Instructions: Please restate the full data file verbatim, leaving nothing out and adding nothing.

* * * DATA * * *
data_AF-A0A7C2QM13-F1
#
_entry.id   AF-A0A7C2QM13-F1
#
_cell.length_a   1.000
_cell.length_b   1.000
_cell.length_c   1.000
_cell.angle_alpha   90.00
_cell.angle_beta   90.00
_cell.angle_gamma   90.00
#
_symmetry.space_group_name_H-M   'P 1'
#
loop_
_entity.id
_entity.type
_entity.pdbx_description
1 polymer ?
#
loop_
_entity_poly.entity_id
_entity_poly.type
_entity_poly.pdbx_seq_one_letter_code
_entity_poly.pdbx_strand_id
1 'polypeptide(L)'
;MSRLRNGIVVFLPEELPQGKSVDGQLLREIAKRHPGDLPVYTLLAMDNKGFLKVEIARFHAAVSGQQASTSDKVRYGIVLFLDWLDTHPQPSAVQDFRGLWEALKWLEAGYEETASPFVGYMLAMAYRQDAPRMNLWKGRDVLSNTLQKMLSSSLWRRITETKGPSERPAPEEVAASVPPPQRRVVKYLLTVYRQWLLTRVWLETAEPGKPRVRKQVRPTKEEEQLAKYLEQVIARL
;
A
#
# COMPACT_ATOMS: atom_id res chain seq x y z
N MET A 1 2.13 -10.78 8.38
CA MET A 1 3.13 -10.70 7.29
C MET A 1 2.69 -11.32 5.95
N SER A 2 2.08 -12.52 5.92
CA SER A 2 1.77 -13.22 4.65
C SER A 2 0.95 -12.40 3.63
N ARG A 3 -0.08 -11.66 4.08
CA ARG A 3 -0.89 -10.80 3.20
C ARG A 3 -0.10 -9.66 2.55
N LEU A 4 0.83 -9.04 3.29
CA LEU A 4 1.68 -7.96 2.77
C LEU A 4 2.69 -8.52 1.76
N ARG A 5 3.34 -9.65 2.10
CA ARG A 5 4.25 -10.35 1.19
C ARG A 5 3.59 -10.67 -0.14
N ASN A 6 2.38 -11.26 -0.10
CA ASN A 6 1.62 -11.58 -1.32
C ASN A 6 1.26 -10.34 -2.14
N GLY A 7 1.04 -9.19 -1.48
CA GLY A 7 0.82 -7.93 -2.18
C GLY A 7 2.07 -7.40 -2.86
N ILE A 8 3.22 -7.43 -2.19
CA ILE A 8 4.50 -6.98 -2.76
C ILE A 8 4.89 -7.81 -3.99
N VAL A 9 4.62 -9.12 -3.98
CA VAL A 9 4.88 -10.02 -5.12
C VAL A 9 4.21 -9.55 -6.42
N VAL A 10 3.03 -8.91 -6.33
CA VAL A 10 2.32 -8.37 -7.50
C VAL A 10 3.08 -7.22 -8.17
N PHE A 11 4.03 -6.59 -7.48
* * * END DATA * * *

data_AF-A0A7C2QM13-F1
#
_entry.id   AF-A0A7C2QM13-F1
#
_cell.length_a   1.000
_cell.length_b   1.000
_cell.length_c   1.000
_cell.angle_alpha   90.00
_cell.angle_beta   90.00
_cell.angle_gamma   90.00
#
_symmetry.space_group_name_H-M   'P 1'
#
loop_
_entity.id
_entity.type
_entity.pdbx_description
1 polymer ?
#
loop_
_entity_poly.entity_id
_entity_poly.type
_entity_poly.pdbx_seq_one_letter_code
_entity_poly.pdbx_strand_id
1 'polypeptide(L)'
;MSRLRNGIVVFLPEELPQGKSVDGQLLREIAKRHPGDLPVYTLLAMDNKGFLKVEIARFHAAVSGQQASTSDKVRYGIVLFLDWLDTHPQPSAVQDFRGLWEALKWLEAGYEETASPFVGYMLAMAYRQDAPRMNLWKGRDVLSNTLQKMLSSSLWRRITETKGPSERPAPEEVAASVPPPQRRVVKYLLTVYRQWLLTRVWLETAEPGKPRVRKQVRPTKEEEQLAKYLEQVIARL
;
A
#
# COMPACT_ATOMS: atom_id res chain seq x y z
N MET A 1 2.13 -10.78 8.38
CA MET A 1 3.13 -10.70 7.29
C MET A 1 2.69 -11.32 5.95
N SER A 2 2.08 -12.52 5.92
CA SER A 2 1.77 -13.22 4.65
C SER A 2 0.95 -12.40 3.63
N ARG A 3 -0.08 -11.66 4.08
CA ARG A 3 -0.89 -10.80 3.20
C ARG A 3 -0.10 -9.66 2.55
N LEU A 4 0.83 -9.04 3.29
CA LEU A 4 1.68 -7.96 2.77
C LEU A 4 2.69 -8.52 1.76
N ARG A 5 3.34 -9.65 2.10
CA ARG A 5 4.25 -10.35 1.19
C ARG A 5 3.59 -10.67 -0.14
N ASN A 6 2.38 -11.26 -0.10
CA ASN A 6 1.62 -11.58 -1.32
C ASN A 6 1.26 -10.34 -2.14
N GLY A 7 1.04 -9.19 -1.48
CA GLY A 7 0.82 -7.93 -2.18
C GLY A 7 2.07 -7.40 -2.86
N ILE A 8 3.22 -7.43 -2.19
CA ILE A 8 4.50 -6.98 -2.76
C ILE A 8 4.89 -7.81 -3.99
N VAL A 9 4.62 -9.12 -3.98
CA VAL A 9 4.88 -10.02 -5.12
C VAL A 9 4.21 -9.55 -6.42
N VAL A 10 3.03 -8.91 -6.33
CA VAL A 10 2.32 -8.37 -7.50
C VAL A 10 3.08 -7.22 -8.17
N PHE A 11 4.03 -6.59 -7.48